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  51. Having worked full time ALL of my working life, whilst simultaneously raising a family and keeping house (which in itself is also a full time job), I have spent the vast majority of that time believing that I would be entitled to my FULL state pension on reaching 60 years of age. However, as a women born in 1958, that ‘goal post’ has now been moved dramatically to 66 years! A HUGE increase! Since women in my age group were not given the opportunity to even attempt to make alternative provisions in order to enable them to retire at the lifelong expected age of 60 years old, I feel, as the majority of 50’s women do, that we have been cheated out of the pension which is rightfully ours, a pension that we have paid into all of our working lives with the expectation that we would be able to access it upon reaching 60 years of age and that the government has committed a GROSS act of theft against the contributions made by this particular age group!

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  52. Dear David Hencke, Unfortunately I cannot afford the taxi fare to the Hyde Park meeting on Oct 10 to listen to you in person, sorry. It already costs me over £40 in taxi fares to be able to get about in London on my mobility scooter, no access to London underground, to pay for just one return journey from the railway station to Parliament Square. This money is funded for me from GoFundMe appeal, to make possible.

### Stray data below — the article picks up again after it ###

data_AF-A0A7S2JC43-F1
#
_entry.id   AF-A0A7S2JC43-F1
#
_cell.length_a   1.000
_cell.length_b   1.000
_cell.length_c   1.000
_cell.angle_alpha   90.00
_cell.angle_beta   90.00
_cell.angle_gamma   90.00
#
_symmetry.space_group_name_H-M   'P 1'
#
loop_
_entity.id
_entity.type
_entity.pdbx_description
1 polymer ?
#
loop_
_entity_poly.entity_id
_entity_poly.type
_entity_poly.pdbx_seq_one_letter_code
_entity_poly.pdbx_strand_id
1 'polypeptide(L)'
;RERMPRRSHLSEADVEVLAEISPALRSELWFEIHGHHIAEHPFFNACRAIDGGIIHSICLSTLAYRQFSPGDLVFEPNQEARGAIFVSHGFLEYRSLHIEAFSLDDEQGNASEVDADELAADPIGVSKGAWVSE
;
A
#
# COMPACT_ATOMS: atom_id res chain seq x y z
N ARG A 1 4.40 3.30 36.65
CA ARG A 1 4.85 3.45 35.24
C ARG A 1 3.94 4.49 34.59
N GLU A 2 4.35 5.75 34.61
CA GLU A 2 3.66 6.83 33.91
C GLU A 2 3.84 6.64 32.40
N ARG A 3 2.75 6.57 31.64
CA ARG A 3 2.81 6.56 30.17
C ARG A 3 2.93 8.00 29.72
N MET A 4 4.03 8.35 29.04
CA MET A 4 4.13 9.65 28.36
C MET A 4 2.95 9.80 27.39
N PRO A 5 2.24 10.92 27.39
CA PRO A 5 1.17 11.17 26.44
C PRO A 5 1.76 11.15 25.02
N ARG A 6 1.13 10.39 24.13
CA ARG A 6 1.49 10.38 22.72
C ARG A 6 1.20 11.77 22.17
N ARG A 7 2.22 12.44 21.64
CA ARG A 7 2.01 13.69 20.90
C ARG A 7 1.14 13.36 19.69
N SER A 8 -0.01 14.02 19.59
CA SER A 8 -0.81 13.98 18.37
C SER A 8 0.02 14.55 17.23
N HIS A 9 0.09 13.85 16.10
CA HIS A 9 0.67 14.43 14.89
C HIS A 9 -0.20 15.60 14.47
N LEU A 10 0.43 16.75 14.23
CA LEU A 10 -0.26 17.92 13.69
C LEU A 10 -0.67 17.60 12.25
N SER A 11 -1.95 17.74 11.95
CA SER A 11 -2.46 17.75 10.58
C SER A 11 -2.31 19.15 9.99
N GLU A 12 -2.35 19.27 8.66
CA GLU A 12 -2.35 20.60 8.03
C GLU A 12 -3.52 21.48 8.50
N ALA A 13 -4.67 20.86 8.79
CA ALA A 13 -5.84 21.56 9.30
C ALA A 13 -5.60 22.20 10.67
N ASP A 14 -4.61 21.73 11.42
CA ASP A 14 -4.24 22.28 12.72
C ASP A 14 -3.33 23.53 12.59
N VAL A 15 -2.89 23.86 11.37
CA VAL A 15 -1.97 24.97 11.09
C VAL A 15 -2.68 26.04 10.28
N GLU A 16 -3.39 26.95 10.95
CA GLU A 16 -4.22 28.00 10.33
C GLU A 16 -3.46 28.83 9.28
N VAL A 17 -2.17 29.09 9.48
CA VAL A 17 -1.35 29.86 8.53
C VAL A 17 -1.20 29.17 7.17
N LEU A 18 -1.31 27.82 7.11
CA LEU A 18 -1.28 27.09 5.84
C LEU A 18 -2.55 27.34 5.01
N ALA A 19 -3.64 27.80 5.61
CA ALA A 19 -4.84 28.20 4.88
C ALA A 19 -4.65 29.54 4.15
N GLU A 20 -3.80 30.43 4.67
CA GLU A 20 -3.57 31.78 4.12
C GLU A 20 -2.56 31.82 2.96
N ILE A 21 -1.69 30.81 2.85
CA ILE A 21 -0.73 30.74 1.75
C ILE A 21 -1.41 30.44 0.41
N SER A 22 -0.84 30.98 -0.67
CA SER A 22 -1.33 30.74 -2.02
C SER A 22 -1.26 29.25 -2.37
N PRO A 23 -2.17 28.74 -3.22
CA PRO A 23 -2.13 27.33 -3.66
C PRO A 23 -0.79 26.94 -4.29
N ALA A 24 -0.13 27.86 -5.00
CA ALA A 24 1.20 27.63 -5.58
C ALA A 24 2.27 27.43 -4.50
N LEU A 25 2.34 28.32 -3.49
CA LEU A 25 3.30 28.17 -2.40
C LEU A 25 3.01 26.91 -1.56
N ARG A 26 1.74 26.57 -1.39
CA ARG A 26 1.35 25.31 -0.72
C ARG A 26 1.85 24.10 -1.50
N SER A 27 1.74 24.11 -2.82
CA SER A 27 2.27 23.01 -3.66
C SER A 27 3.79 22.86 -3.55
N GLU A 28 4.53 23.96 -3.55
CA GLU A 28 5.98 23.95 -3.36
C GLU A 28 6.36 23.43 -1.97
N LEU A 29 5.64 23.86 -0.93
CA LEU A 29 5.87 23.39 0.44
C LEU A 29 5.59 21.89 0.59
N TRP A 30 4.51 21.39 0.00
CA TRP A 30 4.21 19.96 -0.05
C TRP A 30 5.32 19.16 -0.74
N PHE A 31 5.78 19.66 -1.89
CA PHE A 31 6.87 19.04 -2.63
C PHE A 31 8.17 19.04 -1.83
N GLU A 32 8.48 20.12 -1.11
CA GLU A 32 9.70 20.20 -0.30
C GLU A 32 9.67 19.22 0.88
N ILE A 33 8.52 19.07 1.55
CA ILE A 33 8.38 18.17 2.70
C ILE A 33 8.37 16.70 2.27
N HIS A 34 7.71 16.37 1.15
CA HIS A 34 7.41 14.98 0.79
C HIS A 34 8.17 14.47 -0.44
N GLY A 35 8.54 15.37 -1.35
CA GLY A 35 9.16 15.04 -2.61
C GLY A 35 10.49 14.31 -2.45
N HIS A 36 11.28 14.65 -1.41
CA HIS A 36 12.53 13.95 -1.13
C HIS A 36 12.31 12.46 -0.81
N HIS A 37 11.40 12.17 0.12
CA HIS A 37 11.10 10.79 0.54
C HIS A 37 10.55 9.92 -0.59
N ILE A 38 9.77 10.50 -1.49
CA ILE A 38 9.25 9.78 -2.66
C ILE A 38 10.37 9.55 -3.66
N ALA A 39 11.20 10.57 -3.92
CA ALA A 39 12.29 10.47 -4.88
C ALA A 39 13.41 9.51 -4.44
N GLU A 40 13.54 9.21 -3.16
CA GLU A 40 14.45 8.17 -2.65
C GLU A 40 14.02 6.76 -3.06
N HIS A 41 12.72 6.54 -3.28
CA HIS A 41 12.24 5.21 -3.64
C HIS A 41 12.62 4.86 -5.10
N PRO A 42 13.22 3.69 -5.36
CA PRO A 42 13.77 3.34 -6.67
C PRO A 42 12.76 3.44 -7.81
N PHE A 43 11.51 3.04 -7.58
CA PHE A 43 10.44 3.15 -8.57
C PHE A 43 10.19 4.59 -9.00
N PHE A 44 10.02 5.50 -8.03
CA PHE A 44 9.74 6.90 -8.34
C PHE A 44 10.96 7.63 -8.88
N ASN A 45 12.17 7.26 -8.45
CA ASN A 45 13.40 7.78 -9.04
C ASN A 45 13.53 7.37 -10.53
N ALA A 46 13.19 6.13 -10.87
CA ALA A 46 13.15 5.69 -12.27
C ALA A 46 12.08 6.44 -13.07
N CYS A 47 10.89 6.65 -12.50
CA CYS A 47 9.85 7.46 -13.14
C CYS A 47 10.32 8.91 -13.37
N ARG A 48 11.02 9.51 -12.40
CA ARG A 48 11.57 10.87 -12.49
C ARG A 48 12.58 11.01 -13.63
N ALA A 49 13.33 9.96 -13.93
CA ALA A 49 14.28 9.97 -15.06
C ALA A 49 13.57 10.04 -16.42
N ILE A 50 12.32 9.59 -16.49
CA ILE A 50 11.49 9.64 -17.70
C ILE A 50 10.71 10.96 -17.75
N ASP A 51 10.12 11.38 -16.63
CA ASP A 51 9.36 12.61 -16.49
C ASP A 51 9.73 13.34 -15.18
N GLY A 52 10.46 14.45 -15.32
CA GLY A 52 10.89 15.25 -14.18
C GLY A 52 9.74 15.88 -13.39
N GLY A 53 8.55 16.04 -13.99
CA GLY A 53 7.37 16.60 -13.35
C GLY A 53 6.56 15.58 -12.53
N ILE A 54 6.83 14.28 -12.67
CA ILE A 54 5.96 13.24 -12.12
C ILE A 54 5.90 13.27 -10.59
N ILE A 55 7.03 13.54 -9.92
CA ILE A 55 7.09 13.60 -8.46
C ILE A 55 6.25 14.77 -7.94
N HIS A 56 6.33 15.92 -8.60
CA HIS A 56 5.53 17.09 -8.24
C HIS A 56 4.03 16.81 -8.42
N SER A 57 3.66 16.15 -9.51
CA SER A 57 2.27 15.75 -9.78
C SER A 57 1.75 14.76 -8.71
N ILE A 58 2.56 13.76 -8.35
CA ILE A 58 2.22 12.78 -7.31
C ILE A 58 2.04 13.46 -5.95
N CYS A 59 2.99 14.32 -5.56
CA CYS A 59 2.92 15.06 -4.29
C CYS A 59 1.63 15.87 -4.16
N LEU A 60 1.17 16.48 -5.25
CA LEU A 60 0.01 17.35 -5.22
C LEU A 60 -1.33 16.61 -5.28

The discrimination against women by greater number on lower pay than men, and more women in low waged public sector jobs than men, has meant the flat rate new state pension (pension act 2014, came into law April 2016) is unequal.

    More women were opted out of SERPs, so their flat rate state pension is more often lower than men’s. Most women as against half of men do not get the full flat rate.